Refugee camps in Germany are out of control. While the level of crime is something many within the country refuse to address publicly, a recently leaked report makes the problem very clear. The flood of immigrants into these camps is putting a massive strain on local police as crime takes over each site. The camps are no longer under government control, but instead in many cases being run by Mob like groups of refugees. These groups stop at nothing to control families within the shelters.
According to a report that was prepared for Markus Ulbig, the interior minister of Saxony, an account by a staff member at a shelter puts the situation into perspective. The report shared:
“A maintenance man who worked in a refugee shelter reported ‘mafia-like’ conditions. Refugees were required to pay for access to the electrical sockets there.”
The report not only exposed “mafia-like” conditions but also put real numbers to the level of crimes at these shelters. In the first nine months of 2016, 40,000 crimes were reported in shelters all over Germany. This is a staggering 150 crimes every day!
Of the 40,000 reported crimes, there were:
139 murders or attempted murders
510 sexual assaults
17,200 physical assaults
While these numbers are high, experts caution that they may not even touch on the real levels of criminal activity since for the most part these crimes are not reported. These numbers only follow crimes that are formally reported.
In close quarters where refugees live under “mafia-like” surroundings, most crimes are not reported out of fear. There is always a chance something far worse will occur as retaliation for reporting the first offense. In many refugee shelters, people are housed with those who are from a variety of backgrounds and ethnic groups. Often these groups may clash in their native home, so this only adds to the tension.
The initial report was put together for only one city, Saxony. Some may assume this is the worst of the worst. Others point to the idea that perhaps this is a situation that is unique to Saxony. The problems with refugee camps and violence are not limited to only the shelters in Saxony. This is a widespread trend that covers each shelter in Germany.
In Saxony, there are currently 40,000 refugees living in camps. In those camps alone the crime numbers for 2016 are downright sickening, although again not entirely accurate as the many crimes go unreported. The numbers are as follows:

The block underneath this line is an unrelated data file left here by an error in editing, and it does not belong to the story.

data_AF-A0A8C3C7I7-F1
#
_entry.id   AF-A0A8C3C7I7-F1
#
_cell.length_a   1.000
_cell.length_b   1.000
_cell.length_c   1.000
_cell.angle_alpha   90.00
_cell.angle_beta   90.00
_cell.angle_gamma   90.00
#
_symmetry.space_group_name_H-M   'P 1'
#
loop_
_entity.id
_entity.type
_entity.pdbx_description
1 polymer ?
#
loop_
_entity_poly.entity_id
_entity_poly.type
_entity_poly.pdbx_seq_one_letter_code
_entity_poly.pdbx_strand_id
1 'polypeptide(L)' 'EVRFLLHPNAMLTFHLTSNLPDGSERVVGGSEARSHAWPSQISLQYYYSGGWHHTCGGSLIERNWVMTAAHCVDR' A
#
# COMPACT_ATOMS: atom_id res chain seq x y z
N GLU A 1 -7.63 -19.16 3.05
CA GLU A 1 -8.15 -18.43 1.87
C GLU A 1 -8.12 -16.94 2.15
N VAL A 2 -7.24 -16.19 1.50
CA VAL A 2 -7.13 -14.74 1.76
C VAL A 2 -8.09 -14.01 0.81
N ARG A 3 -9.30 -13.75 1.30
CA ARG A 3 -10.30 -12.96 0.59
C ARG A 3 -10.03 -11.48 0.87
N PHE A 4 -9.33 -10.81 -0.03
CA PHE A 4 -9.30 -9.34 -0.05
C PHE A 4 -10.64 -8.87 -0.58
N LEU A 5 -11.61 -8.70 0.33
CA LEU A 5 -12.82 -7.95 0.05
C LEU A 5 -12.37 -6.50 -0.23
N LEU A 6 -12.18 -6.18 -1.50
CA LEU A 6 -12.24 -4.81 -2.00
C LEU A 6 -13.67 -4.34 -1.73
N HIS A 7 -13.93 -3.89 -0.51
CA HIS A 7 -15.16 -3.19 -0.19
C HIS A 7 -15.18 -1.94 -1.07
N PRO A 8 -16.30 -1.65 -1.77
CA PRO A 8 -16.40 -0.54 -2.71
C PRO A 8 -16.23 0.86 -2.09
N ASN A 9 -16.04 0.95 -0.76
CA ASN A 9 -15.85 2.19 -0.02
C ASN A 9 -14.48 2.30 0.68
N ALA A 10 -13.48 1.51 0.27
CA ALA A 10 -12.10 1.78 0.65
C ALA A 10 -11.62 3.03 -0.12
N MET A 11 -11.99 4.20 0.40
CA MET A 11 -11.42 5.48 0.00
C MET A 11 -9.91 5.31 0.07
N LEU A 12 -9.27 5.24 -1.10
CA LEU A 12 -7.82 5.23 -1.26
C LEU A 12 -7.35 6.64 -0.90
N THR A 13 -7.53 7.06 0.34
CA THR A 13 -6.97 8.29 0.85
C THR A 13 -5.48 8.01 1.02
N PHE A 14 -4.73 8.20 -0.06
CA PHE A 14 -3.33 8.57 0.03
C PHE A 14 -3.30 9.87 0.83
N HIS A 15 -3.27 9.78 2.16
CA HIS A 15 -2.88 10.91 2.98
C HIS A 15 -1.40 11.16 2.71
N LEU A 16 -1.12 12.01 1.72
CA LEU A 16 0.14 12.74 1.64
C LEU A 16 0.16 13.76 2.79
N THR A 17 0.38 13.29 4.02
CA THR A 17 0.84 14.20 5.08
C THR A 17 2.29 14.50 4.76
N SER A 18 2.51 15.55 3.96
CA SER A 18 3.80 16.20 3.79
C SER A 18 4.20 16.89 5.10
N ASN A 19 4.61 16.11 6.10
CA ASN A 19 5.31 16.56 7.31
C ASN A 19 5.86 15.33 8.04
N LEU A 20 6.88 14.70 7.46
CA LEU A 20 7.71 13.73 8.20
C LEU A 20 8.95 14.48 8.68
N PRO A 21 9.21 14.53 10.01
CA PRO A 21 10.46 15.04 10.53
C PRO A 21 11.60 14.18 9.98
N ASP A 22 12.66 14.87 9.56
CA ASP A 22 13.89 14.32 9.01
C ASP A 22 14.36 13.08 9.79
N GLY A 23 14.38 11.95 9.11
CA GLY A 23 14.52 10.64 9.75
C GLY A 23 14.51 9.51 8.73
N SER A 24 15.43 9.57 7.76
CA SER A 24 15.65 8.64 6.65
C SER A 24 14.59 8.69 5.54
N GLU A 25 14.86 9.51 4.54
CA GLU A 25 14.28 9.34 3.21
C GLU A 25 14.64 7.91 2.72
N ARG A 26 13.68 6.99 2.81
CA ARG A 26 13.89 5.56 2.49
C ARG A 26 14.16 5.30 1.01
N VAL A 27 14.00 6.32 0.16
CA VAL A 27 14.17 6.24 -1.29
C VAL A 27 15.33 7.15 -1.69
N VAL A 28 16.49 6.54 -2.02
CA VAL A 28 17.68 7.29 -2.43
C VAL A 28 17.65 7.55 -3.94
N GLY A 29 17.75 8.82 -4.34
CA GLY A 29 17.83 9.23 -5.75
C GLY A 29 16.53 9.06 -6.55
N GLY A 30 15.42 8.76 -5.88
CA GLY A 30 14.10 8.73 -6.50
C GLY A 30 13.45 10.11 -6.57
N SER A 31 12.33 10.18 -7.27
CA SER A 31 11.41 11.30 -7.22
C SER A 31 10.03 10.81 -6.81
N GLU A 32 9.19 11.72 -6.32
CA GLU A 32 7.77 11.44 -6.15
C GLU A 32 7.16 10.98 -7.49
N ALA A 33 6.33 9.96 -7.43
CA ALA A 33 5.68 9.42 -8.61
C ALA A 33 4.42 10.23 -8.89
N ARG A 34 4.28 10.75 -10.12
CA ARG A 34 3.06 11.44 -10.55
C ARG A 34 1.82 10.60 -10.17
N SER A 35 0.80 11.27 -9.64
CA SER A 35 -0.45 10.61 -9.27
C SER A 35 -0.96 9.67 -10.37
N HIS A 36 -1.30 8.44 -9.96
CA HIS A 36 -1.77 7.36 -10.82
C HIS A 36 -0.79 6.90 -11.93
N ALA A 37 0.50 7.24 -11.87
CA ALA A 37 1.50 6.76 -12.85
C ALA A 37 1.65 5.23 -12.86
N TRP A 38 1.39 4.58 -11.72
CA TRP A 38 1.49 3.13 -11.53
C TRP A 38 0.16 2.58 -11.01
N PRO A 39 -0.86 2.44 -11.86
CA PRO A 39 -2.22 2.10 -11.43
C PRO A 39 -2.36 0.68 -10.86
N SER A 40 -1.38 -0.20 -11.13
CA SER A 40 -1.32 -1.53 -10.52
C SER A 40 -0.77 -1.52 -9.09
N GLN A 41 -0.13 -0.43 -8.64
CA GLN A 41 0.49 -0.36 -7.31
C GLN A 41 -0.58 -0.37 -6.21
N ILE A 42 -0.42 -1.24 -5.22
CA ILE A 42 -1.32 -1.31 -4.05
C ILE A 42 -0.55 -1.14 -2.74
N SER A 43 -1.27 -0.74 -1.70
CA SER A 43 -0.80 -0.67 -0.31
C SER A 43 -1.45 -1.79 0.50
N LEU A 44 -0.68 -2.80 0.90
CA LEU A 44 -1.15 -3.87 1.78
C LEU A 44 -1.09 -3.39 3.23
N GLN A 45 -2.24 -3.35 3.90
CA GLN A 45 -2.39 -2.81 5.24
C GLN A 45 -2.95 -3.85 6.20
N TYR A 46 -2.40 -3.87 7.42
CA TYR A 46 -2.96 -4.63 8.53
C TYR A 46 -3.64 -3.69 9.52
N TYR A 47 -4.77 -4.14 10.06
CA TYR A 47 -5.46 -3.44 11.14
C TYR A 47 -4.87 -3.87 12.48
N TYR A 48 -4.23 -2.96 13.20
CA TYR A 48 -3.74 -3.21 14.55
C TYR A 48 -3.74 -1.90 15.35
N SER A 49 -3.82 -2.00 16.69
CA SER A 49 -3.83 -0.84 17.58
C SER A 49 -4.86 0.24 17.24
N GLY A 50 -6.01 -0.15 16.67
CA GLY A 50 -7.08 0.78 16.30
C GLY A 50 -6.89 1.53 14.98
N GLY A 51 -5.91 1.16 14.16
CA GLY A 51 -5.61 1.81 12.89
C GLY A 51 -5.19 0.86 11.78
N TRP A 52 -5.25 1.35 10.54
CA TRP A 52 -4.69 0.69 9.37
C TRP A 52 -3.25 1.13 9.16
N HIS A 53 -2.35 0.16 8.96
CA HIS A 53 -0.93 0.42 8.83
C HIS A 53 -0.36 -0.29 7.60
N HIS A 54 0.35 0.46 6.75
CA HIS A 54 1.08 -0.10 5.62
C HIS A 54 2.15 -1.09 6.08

ten sexual assaults on children
960 physical assaults
671 cases of grievous bodily injury
268 cases of drug trafficking
hundreds of incidents of theft, coercion, arson, brawls, and attacks on police officers.
The numbers for the first half of 2017 are not much better. They have already seen 960 physical assaults, 671 major injuries, seven rapes, ten sexual assaults of children and 268 verified reports of drug trafficking.
Issues in Saxony are not even the worst of it. Some want to point to the idea that maybe these refugees are falling victim to the communities around the shelters but this is not the case. In Baden-Württemberg for example, 87% of the crime victims in the shelter reported other refugees as being the perpetrators.
Berlin officials recorded a shocking 2,000 physical attacks, 86 rapes and three murders in their shelters. According to local officials:
“The fact that there is an accumulation of criminal offenses in refugee shelters is not surprising. Cramped spaces, wearisome waiting, constant noise and unrest and an uncertain future generate aggression. There are also ethnic and religious conflicts. Many Syrians cannot deal with Afghans, many Serbs do not deal with Iraqis, many Muslims reject Christians, many Sunnis do not want to deal with Shiites.”
In Hamburg, local officials are overwhelmed by the number of cases of sexual abuse in shelters. In 2016 there were a total of 200 sexual assaults against women and children reported in shelters. During the first six months of 2017, they have already hit 219 reports of this same crime. They are on pace to double the number of sex crimes in the shelters. In every one of these cases, a woman or child was the target.
Gangs have also become an emerging issue for many shelters. In Schleswig-Holstein rival ethnic groups have formed gangs to protect their interests in the drug trade. The shelters see massive brawls over turf on a regular basis. The same happens in Bavaria and Lower Saxony.
Whether we are looking at the daily violence or shocking crimes like the castration and murder of a 28-year-old man in a Bavaria shelter, these places are apparently not safe for anyone. Refugees seemed to be left to fend for themselves in a sea of sexual predators, abusers, drug dealers, and murderers. There is no wonder why most are afraid to report the crimes they see on a daily basis.